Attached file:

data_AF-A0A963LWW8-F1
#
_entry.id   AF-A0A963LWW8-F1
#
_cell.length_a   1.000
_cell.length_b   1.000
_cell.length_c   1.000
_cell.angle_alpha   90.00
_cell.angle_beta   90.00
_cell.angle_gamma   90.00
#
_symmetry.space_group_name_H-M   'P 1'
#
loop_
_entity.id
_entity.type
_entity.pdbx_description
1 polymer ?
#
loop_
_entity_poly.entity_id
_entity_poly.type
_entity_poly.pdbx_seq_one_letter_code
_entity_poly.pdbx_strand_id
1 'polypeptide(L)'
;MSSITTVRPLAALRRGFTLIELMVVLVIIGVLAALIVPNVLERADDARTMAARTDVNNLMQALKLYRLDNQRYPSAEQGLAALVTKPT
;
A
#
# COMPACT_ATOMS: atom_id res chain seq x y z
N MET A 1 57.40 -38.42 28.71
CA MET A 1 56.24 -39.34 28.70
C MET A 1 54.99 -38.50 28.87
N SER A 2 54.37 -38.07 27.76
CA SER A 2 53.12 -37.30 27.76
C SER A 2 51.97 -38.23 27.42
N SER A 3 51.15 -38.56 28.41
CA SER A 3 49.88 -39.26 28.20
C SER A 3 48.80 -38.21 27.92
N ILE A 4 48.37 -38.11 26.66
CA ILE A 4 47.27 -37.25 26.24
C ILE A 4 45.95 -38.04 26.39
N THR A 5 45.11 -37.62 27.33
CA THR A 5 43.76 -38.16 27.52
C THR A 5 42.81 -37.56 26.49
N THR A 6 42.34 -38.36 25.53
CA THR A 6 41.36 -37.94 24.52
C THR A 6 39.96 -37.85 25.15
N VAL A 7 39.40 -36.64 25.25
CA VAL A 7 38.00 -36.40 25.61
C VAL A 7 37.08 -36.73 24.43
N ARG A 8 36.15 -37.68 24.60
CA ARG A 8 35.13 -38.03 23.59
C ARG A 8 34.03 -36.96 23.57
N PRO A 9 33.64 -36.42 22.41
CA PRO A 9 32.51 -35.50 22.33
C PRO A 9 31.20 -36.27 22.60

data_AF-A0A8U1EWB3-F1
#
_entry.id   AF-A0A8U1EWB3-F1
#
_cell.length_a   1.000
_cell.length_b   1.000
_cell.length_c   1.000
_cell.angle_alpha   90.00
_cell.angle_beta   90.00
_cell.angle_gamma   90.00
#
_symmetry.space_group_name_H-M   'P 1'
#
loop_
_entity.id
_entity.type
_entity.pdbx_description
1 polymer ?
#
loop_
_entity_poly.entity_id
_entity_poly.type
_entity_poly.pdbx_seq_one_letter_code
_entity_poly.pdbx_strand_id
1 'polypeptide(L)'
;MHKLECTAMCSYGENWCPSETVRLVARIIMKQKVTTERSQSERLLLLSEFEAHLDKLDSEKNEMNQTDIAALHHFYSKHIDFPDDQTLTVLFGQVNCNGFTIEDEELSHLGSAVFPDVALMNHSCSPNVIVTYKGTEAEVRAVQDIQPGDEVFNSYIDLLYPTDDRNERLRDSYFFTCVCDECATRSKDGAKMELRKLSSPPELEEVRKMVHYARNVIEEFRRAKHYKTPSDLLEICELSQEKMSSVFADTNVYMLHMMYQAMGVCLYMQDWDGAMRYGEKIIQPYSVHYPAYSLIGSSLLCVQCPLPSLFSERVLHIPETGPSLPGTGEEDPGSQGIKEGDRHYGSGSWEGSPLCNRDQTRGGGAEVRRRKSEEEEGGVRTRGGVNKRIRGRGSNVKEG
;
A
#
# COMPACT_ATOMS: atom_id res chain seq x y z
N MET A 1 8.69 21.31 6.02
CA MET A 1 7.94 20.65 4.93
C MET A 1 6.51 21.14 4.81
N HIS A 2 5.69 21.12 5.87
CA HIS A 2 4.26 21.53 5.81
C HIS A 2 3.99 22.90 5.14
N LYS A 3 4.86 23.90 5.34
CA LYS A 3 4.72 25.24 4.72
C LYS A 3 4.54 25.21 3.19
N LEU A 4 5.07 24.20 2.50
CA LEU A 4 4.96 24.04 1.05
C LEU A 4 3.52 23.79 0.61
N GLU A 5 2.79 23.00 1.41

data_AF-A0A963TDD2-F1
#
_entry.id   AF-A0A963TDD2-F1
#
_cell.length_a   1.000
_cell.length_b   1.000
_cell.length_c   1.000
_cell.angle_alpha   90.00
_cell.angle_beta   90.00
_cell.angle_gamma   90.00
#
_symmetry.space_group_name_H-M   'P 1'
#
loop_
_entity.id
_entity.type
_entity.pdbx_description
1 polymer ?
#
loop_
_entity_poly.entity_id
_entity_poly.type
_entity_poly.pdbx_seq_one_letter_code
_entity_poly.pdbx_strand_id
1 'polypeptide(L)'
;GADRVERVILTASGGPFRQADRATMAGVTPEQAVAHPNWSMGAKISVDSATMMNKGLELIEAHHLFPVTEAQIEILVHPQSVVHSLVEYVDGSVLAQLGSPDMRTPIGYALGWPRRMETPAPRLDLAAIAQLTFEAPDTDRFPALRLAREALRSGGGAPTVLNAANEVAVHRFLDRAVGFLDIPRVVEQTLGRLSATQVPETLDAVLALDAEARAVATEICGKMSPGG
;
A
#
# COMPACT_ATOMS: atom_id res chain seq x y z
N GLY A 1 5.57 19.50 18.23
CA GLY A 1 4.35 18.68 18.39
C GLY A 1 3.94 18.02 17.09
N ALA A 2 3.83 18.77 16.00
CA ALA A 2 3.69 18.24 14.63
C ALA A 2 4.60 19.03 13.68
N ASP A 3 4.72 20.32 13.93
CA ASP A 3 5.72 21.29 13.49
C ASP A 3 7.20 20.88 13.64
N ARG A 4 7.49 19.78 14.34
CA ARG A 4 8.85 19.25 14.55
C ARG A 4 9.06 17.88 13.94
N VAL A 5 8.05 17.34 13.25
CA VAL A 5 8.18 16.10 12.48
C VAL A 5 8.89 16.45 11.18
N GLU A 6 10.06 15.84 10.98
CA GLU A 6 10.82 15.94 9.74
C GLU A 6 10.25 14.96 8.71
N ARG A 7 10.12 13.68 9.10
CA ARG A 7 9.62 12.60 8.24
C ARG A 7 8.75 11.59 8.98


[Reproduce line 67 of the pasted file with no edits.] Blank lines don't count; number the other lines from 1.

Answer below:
_cell.angle_gamma   90.00